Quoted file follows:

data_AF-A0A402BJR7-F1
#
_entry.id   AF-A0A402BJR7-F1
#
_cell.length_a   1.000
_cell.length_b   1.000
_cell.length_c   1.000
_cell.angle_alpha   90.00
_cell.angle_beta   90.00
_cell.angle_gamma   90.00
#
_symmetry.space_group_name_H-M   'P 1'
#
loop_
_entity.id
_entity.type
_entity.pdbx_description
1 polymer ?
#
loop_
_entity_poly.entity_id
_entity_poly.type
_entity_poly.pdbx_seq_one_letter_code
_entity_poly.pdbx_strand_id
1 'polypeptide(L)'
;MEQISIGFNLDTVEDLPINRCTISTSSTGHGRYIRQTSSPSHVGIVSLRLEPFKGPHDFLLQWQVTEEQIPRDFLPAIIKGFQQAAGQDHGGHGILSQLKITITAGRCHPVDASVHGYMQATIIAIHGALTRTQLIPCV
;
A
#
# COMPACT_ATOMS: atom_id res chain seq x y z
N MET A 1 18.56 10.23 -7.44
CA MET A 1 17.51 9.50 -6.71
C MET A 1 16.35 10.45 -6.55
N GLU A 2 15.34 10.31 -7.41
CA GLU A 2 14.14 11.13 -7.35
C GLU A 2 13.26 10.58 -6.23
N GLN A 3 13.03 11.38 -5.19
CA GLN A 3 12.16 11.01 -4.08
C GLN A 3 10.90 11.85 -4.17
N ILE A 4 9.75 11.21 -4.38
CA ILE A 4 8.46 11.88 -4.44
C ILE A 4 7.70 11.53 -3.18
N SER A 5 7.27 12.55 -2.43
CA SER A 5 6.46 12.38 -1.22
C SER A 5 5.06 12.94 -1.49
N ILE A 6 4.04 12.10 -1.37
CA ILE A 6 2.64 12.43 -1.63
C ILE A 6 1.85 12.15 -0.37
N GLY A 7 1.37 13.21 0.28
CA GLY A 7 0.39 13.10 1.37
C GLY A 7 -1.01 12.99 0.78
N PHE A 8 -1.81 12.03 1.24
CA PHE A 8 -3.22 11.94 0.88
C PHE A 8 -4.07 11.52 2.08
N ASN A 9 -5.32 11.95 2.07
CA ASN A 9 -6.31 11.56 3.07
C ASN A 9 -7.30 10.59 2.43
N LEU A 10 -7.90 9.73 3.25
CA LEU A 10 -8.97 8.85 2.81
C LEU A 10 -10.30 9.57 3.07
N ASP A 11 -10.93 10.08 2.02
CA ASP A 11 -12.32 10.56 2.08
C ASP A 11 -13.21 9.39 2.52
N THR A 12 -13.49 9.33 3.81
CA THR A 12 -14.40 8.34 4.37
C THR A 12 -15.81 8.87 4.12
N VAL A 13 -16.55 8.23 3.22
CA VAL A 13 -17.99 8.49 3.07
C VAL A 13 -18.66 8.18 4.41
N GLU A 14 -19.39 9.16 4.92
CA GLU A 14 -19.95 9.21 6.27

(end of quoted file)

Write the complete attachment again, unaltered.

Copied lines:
data_AF-A0A402BJR7-F1
#
_entry.id   AF-A0A402BJR7-F1
#
_cell.length_a   1.000
_cell.length_b   1.000
_cell.length_c   1.000
_cell.angle_alpha   90.00
_cell.angle_beta   90.00
_cell.angle_gamma   90.00
#
_symmetry.space_group_name_H-M   'P 1'
#
loop_
_entity.id
_entity.type
_entity.pdbx_description
1 polymer ?
#
loop_
_entity_poly.entity_id
_entity_poly.type
_entity_poly.pdbx_seq_one_letter_code
_entity_poly.pdbx_strand_id
1 'polypeptide(L)'
;MEQISIGFNLDTVEDLPINRCTISTSSTGHGRYIRQTSSPSHVGIVSLRLEPFKGPHDFLLQWQVTEEQIPRDFLPAIIKGFQQAAGQDHGGHGILSQLKITITAGRCHPVDASVHGYMQATIIAIHGALTRTQLIPCV
;
A
#
# COMPACT_ATOMS: atom_id res chain seq x y z
N MET A 1 18.56 10.23 -7.44
CA MET A 1 17.51 9.50 -6.71
C MET A 1 16.35 10.45 -6.55
N GLU A 2 15.34 10.31 -7.41
CA GLU A 2 14.14 11.13 -7.35
C GLU A 2 13.26 10.58 -6.23
N GLN A 3 13.03 11.38 -5.19
CA GLN A 3 12.16 11.01 -4.08
C GLN A 3 10.90 11.85 -4.17
N ILE A 4 9.75 11.21 -4.38
CA ILE A 4 8.46 11.88 -4.44
C ILE A 4 7.70 11.53 -3.18
N SER A 5 7.27 12.55 -2.43
CA SER A 5 6.46 12.38 -1.22
C SER A 5 5.06 12.94 -1.49
N ILE A 6 4.04 12.10 -1.37
CA ILE A 6 2.64 12.43 -1.63
C ILE A 6 1.85 12.15 -0.37
N GLY A 7 1.37 13.21 0.28
CA GLY A 7 0.39 13.10 1.37
C GLY A 7 -1.01 12.99 0.78
N PHE A 8 -1.81 12.03 1.24
CA PHE A 8 -3.22 11.94 0.88
C PHE A 8 -4.07 11.52 2.08
N ASN A 9 -5.32 11.95 2.07
CA ASN A 9 -6.31 11.56 3.07
C ASN A 9 -7.30 10.59 2.43
N LEU A 10 -7.90 9.73 3.25
CA LEU A 10 -8.97 8.85 2.81
C LEU A 10 -10.30 9.57 3.07
N ASP A 11 -10.93 10.08 2.02
CA ASP A 11 -12.32 10.56 2.08
C ASP A 11 -13.21 9.39 2.52
N THR A 12 -13.49 9.33 3.81
CA THR A 12 -14.40 8.34 4.37
C THR A 12 -15.81 8.87 4.12
N VAL A 13 -16.55 8.23 3.22
CA VAL A 13 -17.99 8.49 3.07
C VAL A 13 -18.66 8.18 4.41
N GLU A 14 -19.39 9.16 4.92
CA GLU A 14 -19.95 9.21 6.27